Harry Belafonte 

Harold George "Harry" Belafonte Jr. is an African American singer, actor and social activist. One of the most successful pop singers in history, he was dubbed the "King of Calypso."  Belafonte is best known for popularizing Caribbean style music with audiences throughout the world in the 1950's. During his career, Harry Belafonte has been a vocal advocate of civil rights.

Harold George Belafonte, Jr. was born in New York City, on March 1, 1927. He was baptized as an infant into the Roman Catholic faith. His father, Harold, Sr., was from the Caribbean island of Martinique, in the French West Indies. His mother, Melvine Love, was from Jamaica. Both were products of racially mixed marriages. Harry Belafonte spent much of his youth in his mother's home country of Jamaica. At the age of nine, his mother sent him and his brother to her native Kingston, Jamaica, where she thought it would be safer than the restless streets of a poverty-stricken, Depression-era Harlem. There he attended private British boarding schools, where caning for misbehavior was a common practice. As a boy with darker skin, he was not always treated well by his lighter-skinned relatives. Still, he enjoyed the sounds of calypso music, which would influence his later career.

When he was 13, Belafonte returned to New York, where he was a star on the track team at George Washington High School. In 1944, he left school to join the Navy. That same year, he met his first wife, Margurite Byrd. Belafonte married Byrd on June 18, 1948. They had two daughters, Adrienne and Shari. Shari would grow up to be an actress. The troubled marriage eventually ended in divorce. In 1957, Belafonte married Julie Robinson. They had a son, David, and a daughter, Gina. Gina became an actress, as well, starring in the 1980s hit television series, "The Commish."

Harry Belafonte stands out as one of the best-loved singers and entertainers of the 20th century. His dream began in December 1945, when he saw his first play and enrolled in acting classes with Marlon Brando and Walter Matthau. Belafonte’s first opportunities to perform were in cabarets, which soon landed him in the recording studio where he produced pop and then folk and world music. Though he won a Tony Award in 1954 for his Broadway performance in John Murray Anderson's Almanac, it wasn’t until his lead role in the film Carmen Jones that Belafonte became a bona fide star. His musical efforts benefited from his celebrity, with subsequent albums Belafonte and Calypso leaping to number one, the latter launching a nationwide craze for a form of Caribbean music that originated in Trinidad.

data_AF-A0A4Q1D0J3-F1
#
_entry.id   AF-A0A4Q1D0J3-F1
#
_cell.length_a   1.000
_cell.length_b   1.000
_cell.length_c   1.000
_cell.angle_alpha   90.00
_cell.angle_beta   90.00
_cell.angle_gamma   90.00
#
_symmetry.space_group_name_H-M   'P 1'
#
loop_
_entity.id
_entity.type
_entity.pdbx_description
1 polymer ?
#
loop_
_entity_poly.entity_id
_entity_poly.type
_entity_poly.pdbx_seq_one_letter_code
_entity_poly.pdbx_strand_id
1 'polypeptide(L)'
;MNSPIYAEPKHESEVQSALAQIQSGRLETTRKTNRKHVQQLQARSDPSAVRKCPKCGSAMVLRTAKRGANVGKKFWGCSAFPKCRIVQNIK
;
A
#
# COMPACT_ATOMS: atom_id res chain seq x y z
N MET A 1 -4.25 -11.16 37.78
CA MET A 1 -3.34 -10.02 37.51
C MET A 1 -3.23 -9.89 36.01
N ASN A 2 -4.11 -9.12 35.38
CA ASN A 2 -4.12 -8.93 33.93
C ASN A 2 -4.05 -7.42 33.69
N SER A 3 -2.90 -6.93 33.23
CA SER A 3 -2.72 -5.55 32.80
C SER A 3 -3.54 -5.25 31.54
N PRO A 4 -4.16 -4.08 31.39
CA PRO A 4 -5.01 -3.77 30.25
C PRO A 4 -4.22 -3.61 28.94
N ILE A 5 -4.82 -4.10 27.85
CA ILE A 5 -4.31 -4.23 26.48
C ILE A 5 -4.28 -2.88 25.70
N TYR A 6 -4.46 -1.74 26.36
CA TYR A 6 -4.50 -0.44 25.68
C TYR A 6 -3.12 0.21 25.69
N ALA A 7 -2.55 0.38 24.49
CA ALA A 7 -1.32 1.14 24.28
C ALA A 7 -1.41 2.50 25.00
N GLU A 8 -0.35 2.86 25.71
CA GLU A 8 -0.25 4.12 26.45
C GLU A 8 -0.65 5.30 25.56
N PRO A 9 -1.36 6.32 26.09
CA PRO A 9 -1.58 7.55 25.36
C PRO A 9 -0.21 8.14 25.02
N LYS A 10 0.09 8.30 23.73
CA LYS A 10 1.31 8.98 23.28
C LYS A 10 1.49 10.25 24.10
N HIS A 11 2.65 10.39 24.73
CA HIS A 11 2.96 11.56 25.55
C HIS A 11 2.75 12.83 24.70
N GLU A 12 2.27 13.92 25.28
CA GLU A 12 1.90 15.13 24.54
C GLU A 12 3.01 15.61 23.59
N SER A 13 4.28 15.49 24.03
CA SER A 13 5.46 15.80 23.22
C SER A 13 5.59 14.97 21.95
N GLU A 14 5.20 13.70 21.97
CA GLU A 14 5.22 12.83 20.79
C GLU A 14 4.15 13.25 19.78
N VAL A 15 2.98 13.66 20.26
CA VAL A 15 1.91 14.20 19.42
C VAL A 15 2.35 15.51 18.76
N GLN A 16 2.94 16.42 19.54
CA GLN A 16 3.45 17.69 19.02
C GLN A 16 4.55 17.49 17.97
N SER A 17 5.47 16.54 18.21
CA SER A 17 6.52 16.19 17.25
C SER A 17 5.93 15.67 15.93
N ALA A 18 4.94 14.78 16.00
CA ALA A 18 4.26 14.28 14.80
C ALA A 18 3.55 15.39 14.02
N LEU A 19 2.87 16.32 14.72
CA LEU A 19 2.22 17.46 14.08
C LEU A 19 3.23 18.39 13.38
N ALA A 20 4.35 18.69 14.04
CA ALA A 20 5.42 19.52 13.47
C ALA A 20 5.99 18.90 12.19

Harry Belafonte received Grammy awards for recordings in 1960, 1961, and 1965. In 1989, he was recognized as a Kennedy Center Honoree, the annual award recognizing careers of distinction in the arts. Some of his films included, Buck and the Preacher, in 1972; Island in the Sun, 1957; White Man's Burden, 1995, and the made-for television movie, Swing Vote, 1999. His complete recording history numbers in the thousands. His soft melodic voice crossed any barriers of racial prejudice, whether or not he approached that subject directly.

In the early 1950s, Belafonte developed a strong relationship with Dr. Martin Luther King, Jr. Belafonte worked tirelessly to mobilize artists in support of the civil rights movement. Belafonte was constantly visible to anyone with a television set in the 1960s. He was photographed on the pages of Time, and Life, magazines, often arm-in-arm with Martin Luther King and others, as they marched for civil rights in the United States. Belafonte was convinced that nonviolence was the only means to affect change for African Americans. The ongoing struggle to improve the lives of African Americans and blacks throughout the world occupied a great deal of his time and attention. In June 1998, Belafonte was present at Newcastle Upon Tyne University in Northern England when that institution memorialized his friend Martin Luther King, with a permanent plaque. They also honored Belafonte with an honorary doctorate, only the second person in the school's history to be so honored. Dr. King had been the first. One of the first African-American producers in television, Belafonte won an Emmy for 1959's Tonight with Belafonte and was a frequent guest on television variety shows throughout the 1960s and '70s.

Click on the links below for detailed information and photos on African American artists who rose to the top of their field

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Actors & Actresses

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